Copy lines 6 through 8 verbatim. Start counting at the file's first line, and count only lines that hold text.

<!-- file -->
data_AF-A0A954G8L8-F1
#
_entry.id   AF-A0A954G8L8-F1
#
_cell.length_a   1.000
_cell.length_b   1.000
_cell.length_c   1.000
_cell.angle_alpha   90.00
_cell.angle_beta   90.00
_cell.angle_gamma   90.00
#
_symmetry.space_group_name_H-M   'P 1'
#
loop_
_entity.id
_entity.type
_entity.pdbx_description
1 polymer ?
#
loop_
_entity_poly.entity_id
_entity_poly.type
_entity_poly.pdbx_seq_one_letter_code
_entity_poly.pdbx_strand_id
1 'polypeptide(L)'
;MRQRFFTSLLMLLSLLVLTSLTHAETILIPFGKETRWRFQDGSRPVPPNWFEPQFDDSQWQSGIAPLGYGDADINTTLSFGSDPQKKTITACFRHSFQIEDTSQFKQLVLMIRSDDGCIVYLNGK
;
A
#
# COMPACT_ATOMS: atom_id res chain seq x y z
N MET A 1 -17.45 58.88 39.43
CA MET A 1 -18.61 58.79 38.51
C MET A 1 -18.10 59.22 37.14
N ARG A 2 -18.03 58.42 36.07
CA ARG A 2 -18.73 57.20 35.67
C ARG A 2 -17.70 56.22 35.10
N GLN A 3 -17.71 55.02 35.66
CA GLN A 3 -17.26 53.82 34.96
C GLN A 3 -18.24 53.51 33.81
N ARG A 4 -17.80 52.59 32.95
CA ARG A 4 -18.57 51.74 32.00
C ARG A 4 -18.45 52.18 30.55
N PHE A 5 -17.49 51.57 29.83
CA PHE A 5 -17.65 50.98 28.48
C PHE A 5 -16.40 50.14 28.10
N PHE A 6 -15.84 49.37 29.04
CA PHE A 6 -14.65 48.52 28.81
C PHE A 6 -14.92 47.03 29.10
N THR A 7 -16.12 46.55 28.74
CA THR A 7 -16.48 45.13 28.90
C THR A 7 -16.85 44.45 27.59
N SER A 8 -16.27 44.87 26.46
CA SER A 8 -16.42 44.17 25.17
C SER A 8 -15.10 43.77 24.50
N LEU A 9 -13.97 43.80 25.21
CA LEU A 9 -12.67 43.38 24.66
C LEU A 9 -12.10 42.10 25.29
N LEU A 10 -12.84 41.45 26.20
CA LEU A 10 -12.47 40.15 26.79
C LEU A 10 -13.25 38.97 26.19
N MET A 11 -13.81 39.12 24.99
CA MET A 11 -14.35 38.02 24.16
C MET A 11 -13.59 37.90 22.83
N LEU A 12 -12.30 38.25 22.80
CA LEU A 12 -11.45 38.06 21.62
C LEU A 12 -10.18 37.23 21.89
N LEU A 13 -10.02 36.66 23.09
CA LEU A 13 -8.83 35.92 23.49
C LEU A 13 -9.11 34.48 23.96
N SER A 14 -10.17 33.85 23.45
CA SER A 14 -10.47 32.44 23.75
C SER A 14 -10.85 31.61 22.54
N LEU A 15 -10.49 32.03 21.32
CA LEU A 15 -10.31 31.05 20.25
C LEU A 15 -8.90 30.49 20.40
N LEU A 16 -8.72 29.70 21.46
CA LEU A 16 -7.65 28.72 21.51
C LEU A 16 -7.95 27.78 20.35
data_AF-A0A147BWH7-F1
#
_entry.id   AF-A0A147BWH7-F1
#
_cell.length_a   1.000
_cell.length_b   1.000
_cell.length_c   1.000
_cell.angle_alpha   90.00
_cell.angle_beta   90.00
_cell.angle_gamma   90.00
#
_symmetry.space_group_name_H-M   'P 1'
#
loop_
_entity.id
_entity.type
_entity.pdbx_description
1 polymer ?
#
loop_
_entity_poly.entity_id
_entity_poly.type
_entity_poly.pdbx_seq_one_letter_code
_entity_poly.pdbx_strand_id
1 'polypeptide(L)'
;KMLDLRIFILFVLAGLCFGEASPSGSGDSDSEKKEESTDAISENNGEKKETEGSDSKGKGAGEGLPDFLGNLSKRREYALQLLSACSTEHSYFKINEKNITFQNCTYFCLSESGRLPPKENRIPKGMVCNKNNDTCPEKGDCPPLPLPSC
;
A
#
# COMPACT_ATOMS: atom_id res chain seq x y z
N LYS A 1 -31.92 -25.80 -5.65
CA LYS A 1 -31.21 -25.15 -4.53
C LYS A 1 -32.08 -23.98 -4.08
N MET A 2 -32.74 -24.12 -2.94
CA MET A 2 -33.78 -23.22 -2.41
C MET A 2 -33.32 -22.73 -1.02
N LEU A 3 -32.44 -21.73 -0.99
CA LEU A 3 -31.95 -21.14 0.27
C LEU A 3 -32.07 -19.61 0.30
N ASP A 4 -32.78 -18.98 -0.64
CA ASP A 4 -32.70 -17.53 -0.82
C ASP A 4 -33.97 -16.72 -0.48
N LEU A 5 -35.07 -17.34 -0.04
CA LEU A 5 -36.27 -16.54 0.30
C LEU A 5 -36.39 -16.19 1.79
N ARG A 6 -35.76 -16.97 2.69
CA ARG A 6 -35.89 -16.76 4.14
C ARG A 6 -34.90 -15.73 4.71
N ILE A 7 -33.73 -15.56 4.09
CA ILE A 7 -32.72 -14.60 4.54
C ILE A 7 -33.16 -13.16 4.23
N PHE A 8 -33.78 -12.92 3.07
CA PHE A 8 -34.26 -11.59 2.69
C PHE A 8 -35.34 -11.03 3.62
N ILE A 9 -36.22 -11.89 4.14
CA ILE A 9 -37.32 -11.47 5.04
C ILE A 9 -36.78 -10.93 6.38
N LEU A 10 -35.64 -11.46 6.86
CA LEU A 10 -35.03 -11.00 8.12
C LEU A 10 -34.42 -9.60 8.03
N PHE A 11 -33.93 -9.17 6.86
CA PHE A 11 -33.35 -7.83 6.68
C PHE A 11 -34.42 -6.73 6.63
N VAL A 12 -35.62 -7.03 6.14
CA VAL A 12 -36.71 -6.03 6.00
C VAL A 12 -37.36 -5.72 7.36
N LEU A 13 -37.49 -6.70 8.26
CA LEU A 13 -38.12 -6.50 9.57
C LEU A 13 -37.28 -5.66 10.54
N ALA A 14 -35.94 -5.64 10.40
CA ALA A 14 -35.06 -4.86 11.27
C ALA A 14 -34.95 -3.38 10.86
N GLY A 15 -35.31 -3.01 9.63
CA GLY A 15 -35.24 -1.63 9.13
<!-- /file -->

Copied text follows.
_cell.length_b   1.000
_cell.length_c   1.000
_cell.angle_alpha   90.00